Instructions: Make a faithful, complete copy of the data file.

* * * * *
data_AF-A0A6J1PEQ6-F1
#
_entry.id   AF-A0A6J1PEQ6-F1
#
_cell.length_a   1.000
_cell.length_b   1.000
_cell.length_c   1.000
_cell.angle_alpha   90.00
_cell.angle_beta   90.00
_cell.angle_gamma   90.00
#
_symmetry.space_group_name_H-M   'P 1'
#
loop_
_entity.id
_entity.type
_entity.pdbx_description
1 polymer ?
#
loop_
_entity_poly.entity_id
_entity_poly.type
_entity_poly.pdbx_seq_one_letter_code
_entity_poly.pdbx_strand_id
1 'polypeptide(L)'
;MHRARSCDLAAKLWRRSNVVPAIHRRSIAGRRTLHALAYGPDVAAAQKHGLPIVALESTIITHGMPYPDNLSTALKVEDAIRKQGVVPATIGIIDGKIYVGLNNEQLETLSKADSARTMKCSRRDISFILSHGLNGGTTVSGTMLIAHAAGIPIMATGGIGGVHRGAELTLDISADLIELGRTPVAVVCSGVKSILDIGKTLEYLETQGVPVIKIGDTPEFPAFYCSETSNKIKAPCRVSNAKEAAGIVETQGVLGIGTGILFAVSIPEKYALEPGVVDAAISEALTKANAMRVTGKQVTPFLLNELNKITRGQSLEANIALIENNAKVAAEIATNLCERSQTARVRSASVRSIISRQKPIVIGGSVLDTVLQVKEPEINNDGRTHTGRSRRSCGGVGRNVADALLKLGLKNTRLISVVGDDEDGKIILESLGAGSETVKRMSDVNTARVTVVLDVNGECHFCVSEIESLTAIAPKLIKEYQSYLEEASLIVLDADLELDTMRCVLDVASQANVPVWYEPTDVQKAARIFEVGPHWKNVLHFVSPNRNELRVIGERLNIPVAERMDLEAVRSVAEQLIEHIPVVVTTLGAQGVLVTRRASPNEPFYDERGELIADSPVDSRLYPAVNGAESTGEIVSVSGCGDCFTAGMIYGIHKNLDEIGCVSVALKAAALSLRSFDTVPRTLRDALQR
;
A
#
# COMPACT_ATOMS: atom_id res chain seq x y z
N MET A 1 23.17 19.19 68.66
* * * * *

data_AF-A0A6J1PEQ6-F1
#
_entry.id   AF-A0A6J1PEQ6-F1
#
_cell.length_a   1.000
_cell.length_b   1.000
_cell.length_c   1.000
_cell.angle_alpha   90.00
_cell.angle_beta   90.00
_cell.angle_gamma   90.00
#
_symmetry.space_group_name_H-M   'P 1'
#
loop_
_entity.id
_entity.type
_entity.pdbx_description
1 polymer ?
#
loop_
_entity_poly.entity_id
_entity_poly.type
_entity_poly.pdbx_seq_one_letter_code
_entity_poly.pdbx_strand_id
1 'polypeptide(L)'
;MHRARSCDLAAKLWRRSNVVPAIHRRSIAGRRTLHALAYGPDVAAAQKHGLPIVALESTIITHGMPYPDNLSTALKVEDAIRKQGVVPATIGIIDGKIYVGLNNEQLETLSKADSARTMKCSRRDISFILSHGLNGGTTVSGTMLIAHAAGIPIMATGGIGGVHRGAELTLDISADLIELGRTPVAVVCSGVKSILDIGKTLEYLETQGVPVIKIGDTPEFPAFYCSETSNKIKAPCRVSNAKEAAGIVETQGVLGIGTGILFAVSIPEKYALEPGVVDAAISEALTKANAMRVTGKQVTPFLLNELNKITRGQSLEANIALIENNAKVAAEIATNLCERSQTARVRSASVRSIISRQKPIVIGGSVLDTVLQVKEPEINNDGRTHTGRSRRSCGGVGRNVADALLKLGLKNTRLISVVGDDEDGKIILESLGAGSETVKRMSDVNTARVTVVLDVNGECHFCVSEIESLTAIAPKLIKEYQSYLEEASLIVLDADLELDTMRCVLDVASQANVPVWYEPTDVQKAARIFEVGPHWKNVLHFVSPNRNELRVIGERLNIPVAERMDLEAVRSVAEQLIEHIPVVVTTLGAQGVLVTRRASPNEPFYDERGELIADSPVDSRLYPAVNGAESTGEIVSVSGCGDCFTAGMIYGIHKNLDEIGCVSVALKAAALSLRSFDTVPRTLRDALQR
;
A
#
# COMPACT_ATOMS: atom_id res chain seq x y z
N MET A 1 23.17 19.19 68.66